I said yesterday there were two stories in Acts that shows both the election of God, man’s choice, and our need to go and spread the gospel. Looking at today’s story, I think I should make that three stories. (The third is that of Cornelius in chapter 10).
Here is Saul, a Pharisee, totally hardened to Christ, and determined to wipe all Christians off the face of the earth. And had God simply let him be, he would have gone straight to hell. But then God intervened. Why? Because he chose to save him. We see this in God’s conversation with Ananias.
When God told Ananias to go and help Saul, Ananias basically said, “God, are you serious? Don’t you know this guys is trying to kill us?”
Go! This man is my chosen instrument to carry my name before the Gentiles and their kings and before the people of Israel. (15)
I alluded to this yesterday, but God’s answer here again blows up the argument of, “If God has determined that certain people be saved, then we don’t have to do anything. We don’t have to go and evangelize others. God’s already chosen those who will be saved.”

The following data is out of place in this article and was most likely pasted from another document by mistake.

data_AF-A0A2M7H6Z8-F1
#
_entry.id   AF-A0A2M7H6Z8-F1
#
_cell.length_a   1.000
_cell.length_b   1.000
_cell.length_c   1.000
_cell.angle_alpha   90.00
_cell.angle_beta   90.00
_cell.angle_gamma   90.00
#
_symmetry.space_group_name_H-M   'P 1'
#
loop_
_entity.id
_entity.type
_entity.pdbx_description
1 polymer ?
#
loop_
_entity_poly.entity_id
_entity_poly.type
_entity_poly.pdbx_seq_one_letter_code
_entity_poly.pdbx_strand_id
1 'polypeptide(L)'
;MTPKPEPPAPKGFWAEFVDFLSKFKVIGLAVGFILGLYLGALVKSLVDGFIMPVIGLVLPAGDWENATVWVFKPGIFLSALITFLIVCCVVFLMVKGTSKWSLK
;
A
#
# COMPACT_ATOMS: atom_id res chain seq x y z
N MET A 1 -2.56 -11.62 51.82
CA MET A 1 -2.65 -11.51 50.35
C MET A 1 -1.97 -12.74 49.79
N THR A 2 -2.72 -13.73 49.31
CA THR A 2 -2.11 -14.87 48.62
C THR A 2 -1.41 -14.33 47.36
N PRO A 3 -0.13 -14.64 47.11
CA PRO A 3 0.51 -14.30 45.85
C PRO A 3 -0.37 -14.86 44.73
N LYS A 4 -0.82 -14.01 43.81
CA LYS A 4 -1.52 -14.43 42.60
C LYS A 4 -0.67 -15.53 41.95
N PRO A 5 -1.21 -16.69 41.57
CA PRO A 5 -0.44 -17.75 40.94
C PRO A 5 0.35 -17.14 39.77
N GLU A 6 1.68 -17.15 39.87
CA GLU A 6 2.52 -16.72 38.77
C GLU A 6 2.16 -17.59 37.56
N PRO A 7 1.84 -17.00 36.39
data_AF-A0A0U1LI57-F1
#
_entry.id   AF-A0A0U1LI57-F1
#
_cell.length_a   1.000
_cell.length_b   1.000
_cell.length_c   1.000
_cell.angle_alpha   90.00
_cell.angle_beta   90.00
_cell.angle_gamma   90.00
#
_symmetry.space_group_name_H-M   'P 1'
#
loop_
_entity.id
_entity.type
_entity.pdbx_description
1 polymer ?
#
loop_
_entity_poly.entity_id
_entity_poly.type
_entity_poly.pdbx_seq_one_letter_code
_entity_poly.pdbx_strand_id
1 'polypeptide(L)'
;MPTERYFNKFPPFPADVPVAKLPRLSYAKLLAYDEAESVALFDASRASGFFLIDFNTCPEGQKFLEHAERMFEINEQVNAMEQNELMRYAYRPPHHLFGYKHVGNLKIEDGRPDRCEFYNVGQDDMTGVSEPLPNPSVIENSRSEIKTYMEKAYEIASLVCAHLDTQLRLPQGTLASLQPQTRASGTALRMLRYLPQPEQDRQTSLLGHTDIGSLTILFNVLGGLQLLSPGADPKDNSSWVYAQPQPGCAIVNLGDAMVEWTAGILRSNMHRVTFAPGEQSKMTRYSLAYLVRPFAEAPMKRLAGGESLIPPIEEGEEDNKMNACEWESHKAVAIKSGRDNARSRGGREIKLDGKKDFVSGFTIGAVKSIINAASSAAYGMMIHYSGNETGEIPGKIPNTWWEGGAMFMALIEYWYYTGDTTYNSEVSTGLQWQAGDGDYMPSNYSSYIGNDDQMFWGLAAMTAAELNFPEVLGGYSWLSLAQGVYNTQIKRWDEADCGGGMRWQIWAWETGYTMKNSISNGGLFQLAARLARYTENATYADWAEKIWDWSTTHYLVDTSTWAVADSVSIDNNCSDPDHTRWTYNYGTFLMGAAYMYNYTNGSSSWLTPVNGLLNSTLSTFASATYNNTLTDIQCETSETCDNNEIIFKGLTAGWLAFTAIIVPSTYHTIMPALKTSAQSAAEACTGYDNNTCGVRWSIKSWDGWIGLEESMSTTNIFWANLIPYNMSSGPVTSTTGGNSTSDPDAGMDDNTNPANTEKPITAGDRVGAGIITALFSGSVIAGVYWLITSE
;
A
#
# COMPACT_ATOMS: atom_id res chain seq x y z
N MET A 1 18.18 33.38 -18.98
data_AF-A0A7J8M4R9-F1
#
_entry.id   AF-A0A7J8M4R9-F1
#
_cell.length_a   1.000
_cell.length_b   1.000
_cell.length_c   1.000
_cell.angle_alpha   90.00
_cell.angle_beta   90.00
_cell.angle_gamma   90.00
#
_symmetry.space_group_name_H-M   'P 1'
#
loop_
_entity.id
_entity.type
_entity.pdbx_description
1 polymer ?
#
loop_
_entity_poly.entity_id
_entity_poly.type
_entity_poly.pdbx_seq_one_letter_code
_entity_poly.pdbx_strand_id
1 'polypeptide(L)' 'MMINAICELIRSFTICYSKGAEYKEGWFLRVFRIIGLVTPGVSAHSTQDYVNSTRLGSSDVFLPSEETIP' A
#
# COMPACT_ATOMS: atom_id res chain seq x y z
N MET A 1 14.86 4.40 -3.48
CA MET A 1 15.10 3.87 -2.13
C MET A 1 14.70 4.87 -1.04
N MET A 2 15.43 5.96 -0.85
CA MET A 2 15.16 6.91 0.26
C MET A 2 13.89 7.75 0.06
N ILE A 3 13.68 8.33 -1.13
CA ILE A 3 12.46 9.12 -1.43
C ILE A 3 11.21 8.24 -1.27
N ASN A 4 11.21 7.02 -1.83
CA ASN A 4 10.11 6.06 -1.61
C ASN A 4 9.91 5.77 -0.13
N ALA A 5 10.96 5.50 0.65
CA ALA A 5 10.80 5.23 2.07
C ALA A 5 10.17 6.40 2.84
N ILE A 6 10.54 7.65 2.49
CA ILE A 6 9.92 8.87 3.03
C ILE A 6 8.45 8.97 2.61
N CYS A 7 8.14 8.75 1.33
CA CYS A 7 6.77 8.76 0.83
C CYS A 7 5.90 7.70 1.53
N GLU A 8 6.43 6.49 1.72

Can you imagine Ananias using that type of reasoning with God?
“Well God, if you’ve already chosen him, there’s no reason for me to go.”
How would that line of reasoning flown with God? Not very well I suspect. Why? Because God commanded Ananias to go. And he has commanded us to go as well.
Certainly God could save people without our help. But for the most part, he has chosen to effect his salvation through us. He has put the keys of the kingdom in our hands. And if we don’t go, those gates will remain locked to those who don’t know him.
Note that particularly in this story and in the story of Cornelius, while Jesus appeared directly to Saul, and an angel appeared directly to Cornelius, still God required that his people go and talk to them.
He requires the same of us.
Ananias was chosen by God and told to go. Phillip in chapter 8 was also chosen and told to go. And we see here in this chapter that God called Saul also that he might go and preach the gospel to both Jew and Gentile.
You were chosen to go as well.
I heard someone say something once that I’ve already remembered. He asked, “What are the first two letters of the word ‘God?'”
Then he asked, “What are the first three letters of the word ‘Satan?'”
What will you do?